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We have just moved our infrastructure from physical servers to virtual machines. Everything is running great and we are happy with the result of the move. We have identified one problem, and that is reading/writing performance. We have an application that compiles files and writes to disk. This is considerably slower on the new virtual machines compared to the physical machines.

Is there a performance bottleneck when writing to a virtual hard drive compared to a physical hard drive?

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Are there multiple virtual hard drives living on the same physical hard drive? –  andol Apr 2 '10 at 8:38
    
Yes. We have the same application running on 4 Virtual Servers. –  Neil Knight Apr 2 '10 at 8:50
    
VMWare is a company, not a product, which product/s are you talking about. –  Chopper3 Apr 2 '10 at 10:18
    
We are using VMWare's Virtual Server –  Neil Knight Apr 3 '10 at 8:34
    
Ok, nearly there, what OS are you running it on? –  Chopper3 Apr 3 '10 at 11:30
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2 Answers

up vote 2 down vote accepted

This depends on how your storage is accessed by the virtual hosts. Is it local storage in the hosts drive bays, or remote SAN storage over iSCSI/Fibre Channel?

What are the IO speeds you are seeing when benchmarking the physical and virtual instances of these servers?

What are the hardware specs and configuration (drives, controllers, cache, RAID levels, SAS, SCSI) of your previous physical servers, and your new vmware host servers?

There are some overheads to disk throughput on VMs, but not inherently big. It's much more likely to be a shift in how the storage is being made available, contention from multiple VMs accessing the same storage, or a change/problem in the underlying disk storage hardware (e.g. lack of write cache on the vmware hosts).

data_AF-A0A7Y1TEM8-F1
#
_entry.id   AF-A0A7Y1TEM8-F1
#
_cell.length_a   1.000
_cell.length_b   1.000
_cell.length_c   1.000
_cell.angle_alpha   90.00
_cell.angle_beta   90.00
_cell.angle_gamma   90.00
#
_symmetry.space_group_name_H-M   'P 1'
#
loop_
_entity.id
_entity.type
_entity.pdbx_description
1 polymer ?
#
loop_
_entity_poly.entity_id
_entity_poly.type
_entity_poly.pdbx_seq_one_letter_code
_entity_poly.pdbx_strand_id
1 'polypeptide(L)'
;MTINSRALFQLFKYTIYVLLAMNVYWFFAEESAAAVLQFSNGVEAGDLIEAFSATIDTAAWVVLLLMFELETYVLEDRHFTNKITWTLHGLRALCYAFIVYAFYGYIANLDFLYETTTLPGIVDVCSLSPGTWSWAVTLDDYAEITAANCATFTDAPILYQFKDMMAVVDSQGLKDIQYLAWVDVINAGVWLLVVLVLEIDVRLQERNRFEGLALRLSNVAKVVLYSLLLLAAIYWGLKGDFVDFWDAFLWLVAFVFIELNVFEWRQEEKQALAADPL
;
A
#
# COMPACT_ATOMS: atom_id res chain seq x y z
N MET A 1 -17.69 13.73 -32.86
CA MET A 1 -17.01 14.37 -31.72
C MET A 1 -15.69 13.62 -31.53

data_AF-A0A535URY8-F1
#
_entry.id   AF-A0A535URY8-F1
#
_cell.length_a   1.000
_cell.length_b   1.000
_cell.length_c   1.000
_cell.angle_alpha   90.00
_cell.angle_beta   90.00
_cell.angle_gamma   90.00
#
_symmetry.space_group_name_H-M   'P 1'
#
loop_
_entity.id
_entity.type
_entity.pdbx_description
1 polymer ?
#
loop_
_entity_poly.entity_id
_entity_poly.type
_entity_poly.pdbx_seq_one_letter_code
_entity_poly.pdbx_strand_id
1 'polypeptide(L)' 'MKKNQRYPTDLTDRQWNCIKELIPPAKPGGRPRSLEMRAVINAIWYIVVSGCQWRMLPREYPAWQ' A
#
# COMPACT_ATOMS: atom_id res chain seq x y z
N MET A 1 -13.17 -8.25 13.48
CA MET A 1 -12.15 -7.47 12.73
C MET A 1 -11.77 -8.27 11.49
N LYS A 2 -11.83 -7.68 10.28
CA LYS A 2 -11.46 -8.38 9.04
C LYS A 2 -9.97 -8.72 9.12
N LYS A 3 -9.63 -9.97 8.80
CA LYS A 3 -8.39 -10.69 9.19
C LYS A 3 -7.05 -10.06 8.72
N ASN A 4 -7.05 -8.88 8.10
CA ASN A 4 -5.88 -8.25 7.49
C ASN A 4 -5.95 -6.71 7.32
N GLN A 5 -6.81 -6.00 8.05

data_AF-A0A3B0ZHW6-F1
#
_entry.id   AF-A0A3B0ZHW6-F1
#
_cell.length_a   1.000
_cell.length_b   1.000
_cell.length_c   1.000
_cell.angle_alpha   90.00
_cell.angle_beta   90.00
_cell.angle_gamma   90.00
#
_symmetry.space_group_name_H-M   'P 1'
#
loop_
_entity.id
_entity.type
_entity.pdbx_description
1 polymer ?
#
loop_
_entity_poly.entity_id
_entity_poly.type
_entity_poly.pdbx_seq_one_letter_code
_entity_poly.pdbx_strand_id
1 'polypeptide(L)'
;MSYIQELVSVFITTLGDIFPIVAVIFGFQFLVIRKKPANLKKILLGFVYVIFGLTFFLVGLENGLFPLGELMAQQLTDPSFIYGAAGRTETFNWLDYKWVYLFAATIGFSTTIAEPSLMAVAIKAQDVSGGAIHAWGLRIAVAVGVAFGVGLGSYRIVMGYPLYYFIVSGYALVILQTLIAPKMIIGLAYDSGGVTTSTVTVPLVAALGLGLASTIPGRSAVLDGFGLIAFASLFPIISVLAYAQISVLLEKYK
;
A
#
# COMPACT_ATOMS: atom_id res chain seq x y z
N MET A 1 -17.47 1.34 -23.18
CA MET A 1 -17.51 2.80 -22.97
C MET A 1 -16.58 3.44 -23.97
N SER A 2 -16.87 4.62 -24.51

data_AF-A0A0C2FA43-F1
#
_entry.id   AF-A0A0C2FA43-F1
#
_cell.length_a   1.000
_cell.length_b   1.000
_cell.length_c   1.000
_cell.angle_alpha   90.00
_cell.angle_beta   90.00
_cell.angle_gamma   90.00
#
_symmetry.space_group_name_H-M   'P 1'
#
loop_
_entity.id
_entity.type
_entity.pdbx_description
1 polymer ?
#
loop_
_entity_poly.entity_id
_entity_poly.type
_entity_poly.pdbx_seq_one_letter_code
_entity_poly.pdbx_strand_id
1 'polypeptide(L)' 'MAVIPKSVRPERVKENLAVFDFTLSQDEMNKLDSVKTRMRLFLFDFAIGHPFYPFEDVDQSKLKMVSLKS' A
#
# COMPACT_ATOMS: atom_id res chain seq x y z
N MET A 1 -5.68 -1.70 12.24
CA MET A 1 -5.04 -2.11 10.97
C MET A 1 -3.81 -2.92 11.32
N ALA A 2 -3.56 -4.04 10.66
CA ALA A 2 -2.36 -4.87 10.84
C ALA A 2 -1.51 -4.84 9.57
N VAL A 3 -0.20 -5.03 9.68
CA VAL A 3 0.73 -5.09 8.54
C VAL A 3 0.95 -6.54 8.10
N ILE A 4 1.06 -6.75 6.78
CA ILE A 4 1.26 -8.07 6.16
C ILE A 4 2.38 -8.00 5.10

There's a whole bunch of different ways to improve your IO performance on vmware, but it'll depend on having more info about your current setup.

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You'll see a performance loss, simply because there are now 4 machines worth of writes going to a single machines worth of disk performance. Good Virtualisation design allows for this issue, at the simplest level with multiple local drives, at a more sophisticated level with a SAN of some sort.

If you've implemented VMware server on a Windows host, there's also the potential issue of the virtual disks being scanned by the real time virus scanner, which destroys performance.

If you're after best performance, it'd be worth looking at implementing the free version of ESXi which avoids the overhead of a Linux or Windows OS intermediary between the guest OS and the hardware

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+1. This is fantastic information. Much appreciated. We have a physical SAN which is where I believe we need to write the files. Thanks again. –  Neil Knight Apr 3 '10 at 18:07
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